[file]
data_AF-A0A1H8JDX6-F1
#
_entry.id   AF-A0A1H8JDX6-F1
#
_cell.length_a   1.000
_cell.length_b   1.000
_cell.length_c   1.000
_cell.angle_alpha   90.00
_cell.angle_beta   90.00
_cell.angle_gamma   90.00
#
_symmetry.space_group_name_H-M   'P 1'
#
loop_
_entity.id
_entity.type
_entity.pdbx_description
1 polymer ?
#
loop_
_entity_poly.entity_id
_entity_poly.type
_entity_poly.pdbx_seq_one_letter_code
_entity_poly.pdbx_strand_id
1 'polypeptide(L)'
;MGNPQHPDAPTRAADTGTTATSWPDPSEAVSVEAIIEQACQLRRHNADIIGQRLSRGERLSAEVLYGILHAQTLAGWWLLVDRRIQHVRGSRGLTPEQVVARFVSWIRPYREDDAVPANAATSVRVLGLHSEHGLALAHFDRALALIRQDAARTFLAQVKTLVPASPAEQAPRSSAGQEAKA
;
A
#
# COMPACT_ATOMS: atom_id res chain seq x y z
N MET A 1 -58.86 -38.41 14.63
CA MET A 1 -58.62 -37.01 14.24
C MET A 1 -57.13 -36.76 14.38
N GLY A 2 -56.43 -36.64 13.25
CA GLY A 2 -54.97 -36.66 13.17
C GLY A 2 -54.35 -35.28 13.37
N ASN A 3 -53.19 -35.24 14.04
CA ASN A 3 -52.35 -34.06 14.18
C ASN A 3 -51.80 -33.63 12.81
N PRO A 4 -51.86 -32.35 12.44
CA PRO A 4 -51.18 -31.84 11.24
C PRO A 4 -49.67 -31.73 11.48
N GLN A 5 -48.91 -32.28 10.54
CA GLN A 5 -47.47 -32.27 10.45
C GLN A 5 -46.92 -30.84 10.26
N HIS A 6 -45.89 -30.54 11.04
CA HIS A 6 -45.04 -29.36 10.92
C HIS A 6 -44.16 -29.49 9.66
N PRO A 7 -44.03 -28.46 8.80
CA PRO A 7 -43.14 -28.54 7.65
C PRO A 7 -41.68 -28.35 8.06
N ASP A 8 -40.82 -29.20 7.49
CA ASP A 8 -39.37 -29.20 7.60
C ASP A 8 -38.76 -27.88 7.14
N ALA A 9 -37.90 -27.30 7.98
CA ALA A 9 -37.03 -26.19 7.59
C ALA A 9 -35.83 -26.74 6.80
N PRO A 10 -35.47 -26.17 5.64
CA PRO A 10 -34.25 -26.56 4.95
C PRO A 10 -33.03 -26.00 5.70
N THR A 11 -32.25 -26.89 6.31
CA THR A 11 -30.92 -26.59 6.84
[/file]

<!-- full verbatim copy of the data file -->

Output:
data_AF-A0A1H8JDX6-F1
#
_entry.id   AF-A0A1H8JDX6-F1
#
_cell.length_a   1.000
_cell.length_b   1.000
_cell.length_c   1.000
_cell.angle_alpha   90.00
_cell.angle_beta   90.00
_cell.angle_gamma   90.00
#
_symmetry.space_group_name_H-M   'P 1'
#
loop_
_entity.id
_entity.type
_entity.pdbx_description
1 polymer ?
#
loop_
_entity_poly.entity_id
_entity_poly.type
_entity_poly.pdbx_seq_one_letter_code
_entity_poly.pdbx_strand_id
1 'polypeptide(L)'
;MGNPQHPDAPTRAADTGTTATSWPDPSEAVSVEAIIEQACQLRRHNADIIGQRLSRGERLSAEVLYGILHAQTLAGWWLLVDRRIQHVRGSRGLTPEQVVARFVSWIRPYREDDAVPANAATSVRVLGLHSEHGLALAHFDRALALIRQDAARTFLAQVKTLVPASPAEQAPRSSAGQEAKA
;
A
#
# COMPACT_ATOMS: atom_id res chain seq x y z
N MET A 1 -58.86 -38.41 14.63
CA MET A 1 -58.62 -37.01 14.24
C MET A 1 -57.13 -36.76 14.38
N GLY A 2 -56.43 -36.64 13.25
CA GLY A 2 -54.97 -36.66 13.17
C GLY A 2 -54.35 -35.28 13.37
N ASN A 3 -53.19 -35.24 14.04
CA ASN A 3 -52.35 -34.06 14.18
C ASN A 3 -51.80 -33.63 12.81
N PRO A 4 -51.86 -32.35 12.44
CA PRO A 4 -51.18 -31.84 11.24
C PRO A 4 -49.67 -31.73 11.48
N GLN A 5 -48.91 -32.28 10.54
CA GLN A 5 -47.47 -32.27 10.45
C GLN A 5 -46.92 -30.84 10.26
N HIS A 6 -45.89 -30.54 11.04
CA HIS A 6 -45.04 -29.36 10.92
C HIS A 6 -44.16 -29.49 9.66
N PRO A 7 -44.03 -28.46 8.80
CA PRO A 7 -43.14 -28.54 7.65
C PRO A 7 -41.68 -28.35 8.06
N ASP A 8 -40.82 -29.20 7.49
CA ASP A 8 -39.37 -29.20 7.60
C ASP A 8 -38.76 -27.88 7.14
N ALA A 9 -37.90 -27.30 7.98
CA ALA A 9 -37.03 -26.19 7.59
C ALA A 9 -35.83 -26.74 6.80
N PRO A 10 -35.47 -26.17 5.64
CA PRO A 10 -34.25 -26.56 4.95
C PRO A 10 -33.03 -26.00 5.70
N THR A 11 -32.25 -26.89 6.31
CA THR A 11 -30.92 -26.59 6.84